Category Archives: Writing

In Defense of Semi-Colons and Other Ornaments

Activity Being Avoided: Life. I’m campaigning for aestivation.
Music In My Head: Cowboy Romance – Natalie Merchant
Tea Being Drunk: cold mint tea with a little lemon
Books Being Read: Margery Kempe – Robert Gluck, Ragged Company – Richard Wagamese

I found this: On Semicolons and the Rules of Writing

My initial reaction to Kurt Vonnegut’s quote is “What an arrogant little…”. Those of you who have read this blog know that I’m in favour of pretty things like semi-colons and em dashes, and I only despise the clutter of serial commas because they encourage reading without thinking. You’ll also know that I believe a competent writer should be able to work within the full pyjama-tuxedo range.

Yes, one should be able to write a simple Vonnegut sentence, sans semi-colon. One should also be able to flutter Virginia Woolf’s heart with cleaved clauses.

A Vonnegut sentence (from Slaughterhouse Five–and please ignore the modifier problem): “Billy sat up in bed. He had no idea what year it was or what planet he was on. Whatever the planet’s name was, it was cold.”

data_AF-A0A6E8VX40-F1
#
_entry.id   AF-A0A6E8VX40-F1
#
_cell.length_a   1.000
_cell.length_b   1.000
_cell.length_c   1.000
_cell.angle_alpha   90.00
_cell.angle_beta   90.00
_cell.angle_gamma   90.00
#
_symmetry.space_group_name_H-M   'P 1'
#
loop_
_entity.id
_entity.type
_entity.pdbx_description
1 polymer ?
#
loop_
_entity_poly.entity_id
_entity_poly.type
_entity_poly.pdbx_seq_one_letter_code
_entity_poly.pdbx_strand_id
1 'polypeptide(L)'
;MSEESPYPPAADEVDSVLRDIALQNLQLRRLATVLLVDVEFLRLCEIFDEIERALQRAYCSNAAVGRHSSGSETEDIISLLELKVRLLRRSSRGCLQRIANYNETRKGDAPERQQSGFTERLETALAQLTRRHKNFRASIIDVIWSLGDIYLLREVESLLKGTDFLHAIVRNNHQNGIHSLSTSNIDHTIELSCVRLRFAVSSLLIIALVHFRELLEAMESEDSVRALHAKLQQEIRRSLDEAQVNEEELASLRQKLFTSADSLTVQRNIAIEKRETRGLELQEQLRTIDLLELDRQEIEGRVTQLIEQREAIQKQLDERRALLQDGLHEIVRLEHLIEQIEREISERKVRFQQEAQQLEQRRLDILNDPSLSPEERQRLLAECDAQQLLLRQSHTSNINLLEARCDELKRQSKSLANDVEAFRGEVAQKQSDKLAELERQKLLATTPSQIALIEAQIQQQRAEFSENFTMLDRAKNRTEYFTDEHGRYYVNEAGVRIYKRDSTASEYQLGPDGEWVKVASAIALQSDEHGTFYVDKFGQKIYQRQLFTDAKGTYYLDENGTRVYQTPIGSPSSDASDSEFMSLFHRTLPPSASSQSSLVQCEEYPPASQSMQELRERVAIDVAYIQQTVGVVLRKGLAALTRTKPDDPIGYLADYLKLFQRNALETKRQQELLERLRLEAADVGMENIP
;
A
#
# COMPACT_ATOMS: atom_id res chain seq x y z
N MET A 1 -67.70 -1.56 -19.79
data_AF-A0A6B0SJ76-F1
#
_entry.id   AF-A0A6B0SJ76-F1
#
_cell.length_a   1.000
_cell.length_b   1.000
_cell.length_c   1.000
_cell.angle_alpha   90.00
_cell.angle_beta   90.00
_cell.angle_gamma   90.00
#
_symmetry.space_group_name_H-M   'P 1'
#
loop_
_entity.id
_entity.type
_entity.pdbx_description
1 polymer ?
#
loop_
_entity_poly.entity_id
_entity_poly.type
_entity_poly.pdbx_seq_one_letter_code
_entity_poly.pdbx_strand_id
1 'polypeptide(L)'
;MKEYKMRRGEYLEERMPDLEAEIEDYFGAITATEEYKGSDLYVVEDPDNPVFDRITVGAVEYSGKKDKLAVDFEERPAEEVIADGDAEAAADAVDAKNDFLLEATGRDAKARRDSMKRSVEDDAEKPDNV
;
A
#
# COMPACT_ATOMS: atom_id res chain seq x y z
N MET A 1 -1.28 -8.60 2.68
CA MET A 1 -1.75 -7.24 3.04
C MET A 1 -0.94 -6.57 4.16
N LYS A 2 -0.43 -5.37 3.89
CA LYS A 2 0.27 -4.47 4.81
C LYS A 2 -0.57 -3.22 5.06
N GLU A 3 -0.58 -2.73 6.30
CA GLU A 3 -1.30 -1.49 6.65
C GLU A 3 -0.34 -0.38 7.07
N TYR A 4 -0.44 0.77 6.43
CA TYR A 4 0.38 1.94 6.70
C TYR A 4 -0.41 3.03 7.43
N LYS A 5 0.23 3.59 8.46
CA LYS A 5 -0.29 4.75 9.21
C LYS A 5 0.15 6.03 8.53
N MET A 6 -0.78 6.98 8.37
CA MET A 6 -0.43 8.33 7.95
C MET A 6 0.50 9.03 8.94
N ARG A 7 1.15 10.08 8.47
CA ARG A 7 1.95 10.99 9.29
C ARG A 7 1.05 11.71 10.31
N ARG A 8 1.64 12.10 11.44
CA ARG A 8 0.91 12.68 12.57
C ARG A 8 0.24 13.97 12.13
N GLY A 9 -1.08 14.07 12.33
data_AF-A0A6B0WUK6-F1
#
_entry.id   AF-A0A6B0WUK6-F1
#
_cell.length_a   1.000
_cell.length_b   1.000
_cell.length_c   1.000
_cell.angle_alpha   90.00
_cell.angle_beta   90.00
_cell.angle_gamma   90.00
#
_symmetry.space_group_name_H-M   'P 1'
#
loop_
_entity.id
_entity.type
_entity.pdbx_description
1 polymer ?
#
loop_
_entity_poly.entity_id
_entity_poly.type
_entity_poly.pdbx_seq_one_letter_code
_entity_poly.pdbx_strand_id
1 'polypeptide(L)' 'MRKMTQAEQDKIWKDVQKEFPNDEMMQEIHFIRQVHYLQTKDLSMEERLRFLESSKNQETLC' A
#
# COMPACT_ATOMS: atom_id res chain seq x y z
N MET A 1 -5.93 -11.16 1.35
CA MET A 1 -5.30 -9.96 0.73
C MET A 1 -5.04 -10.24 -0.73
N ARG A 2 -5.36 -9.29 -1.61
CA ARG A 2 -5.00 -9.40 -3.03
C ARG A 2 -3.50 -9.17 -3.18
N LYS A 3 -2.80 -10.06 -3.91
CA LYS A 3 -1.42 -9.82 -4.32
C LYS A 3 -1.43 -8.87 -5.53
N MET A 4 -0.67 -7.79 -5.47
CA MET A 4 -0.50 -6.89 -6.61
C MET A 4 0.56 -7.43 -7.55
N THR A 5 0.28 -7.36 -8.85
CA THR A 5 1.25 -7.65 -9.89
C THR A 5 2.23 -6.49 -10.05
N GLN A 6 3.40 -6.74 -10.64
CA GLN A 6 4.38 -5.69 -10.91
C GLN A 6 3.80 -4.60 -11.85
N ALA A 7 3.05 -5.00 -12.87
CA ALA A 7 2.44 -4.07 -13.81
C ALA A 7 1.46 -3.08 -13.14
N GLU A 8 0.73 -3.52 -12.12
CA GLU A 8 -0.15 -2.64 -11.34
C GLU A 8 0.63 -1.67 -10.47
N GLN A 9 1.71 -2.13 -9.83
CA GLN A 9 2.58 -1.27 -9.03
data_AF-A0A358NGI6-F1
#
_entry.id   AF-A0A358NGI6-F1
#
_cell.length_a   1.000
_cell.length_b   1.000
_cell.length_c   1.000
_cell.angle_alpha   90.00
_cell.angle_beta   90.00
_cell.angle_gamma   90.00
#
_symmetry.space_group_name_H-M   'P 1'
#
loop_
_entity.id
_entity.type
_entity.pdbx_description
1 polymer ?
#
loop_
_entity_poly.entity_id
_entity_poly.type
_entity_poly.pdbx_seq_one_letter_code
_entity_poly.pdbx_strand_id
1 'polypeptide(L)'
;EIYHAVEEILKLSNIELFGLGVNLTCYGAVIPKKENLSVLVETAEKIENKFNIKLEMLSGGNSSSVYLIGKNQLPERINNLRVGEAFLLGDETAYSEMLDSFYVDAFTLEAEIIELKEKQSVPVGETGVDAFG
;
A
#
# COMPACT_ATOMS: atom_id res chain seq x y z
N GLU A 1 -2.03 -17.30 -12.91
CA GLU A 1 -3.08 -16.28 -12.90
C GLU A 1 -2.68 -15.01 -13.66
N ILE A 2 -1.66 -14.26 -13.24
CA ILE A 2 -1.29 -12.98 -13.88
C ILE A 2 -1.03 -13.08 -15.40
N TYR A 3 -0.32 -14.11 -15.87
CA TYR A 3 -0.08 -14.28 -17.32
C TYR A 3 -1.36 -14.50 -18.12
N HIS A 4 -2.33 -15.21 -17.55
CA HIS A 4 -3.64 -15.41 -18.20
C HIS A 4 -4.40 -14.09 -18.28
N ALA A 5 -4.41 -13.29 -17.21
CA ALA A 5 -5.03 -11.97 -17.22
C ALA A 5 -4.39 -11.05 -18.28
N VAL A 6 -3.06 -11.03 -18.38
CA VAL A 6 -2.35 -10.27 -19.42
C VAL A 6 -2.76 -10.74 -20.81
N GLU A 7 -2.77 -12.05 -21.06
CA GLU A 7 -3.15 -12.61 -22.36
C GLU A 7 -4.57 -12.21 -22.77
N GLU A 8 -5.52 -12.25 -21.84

A Woolf sentence (from A Room of One’s Own): “The title women and fiction might mean, and you may have meant it to mean, women and what they are like, or it might mean women and the fiction that they write; or it might mean women and the fiction that is written about them, or it might mean that somehow all three are inextricably mixed together and you want me to consider them in that light.”

Now, it’s not easy to write au Vonnegut. As with anything else, simple writing requires attention and practise. It’s even more difficult, however, to write a complicated sentence, to learn to use punctuation–no, to wield it as a chef’s knife–to create the lily and gild it.

Why bother? Why not keep it simple?

Humans don’t always like simple. We like art; we like pretty things; we laud the complex and ornate. While we might take a calming breath in the face of Japanese minimalism, the Sistine chapel receives gasps of admiration.

Each person should have the choice of eliciting breaths or gasps.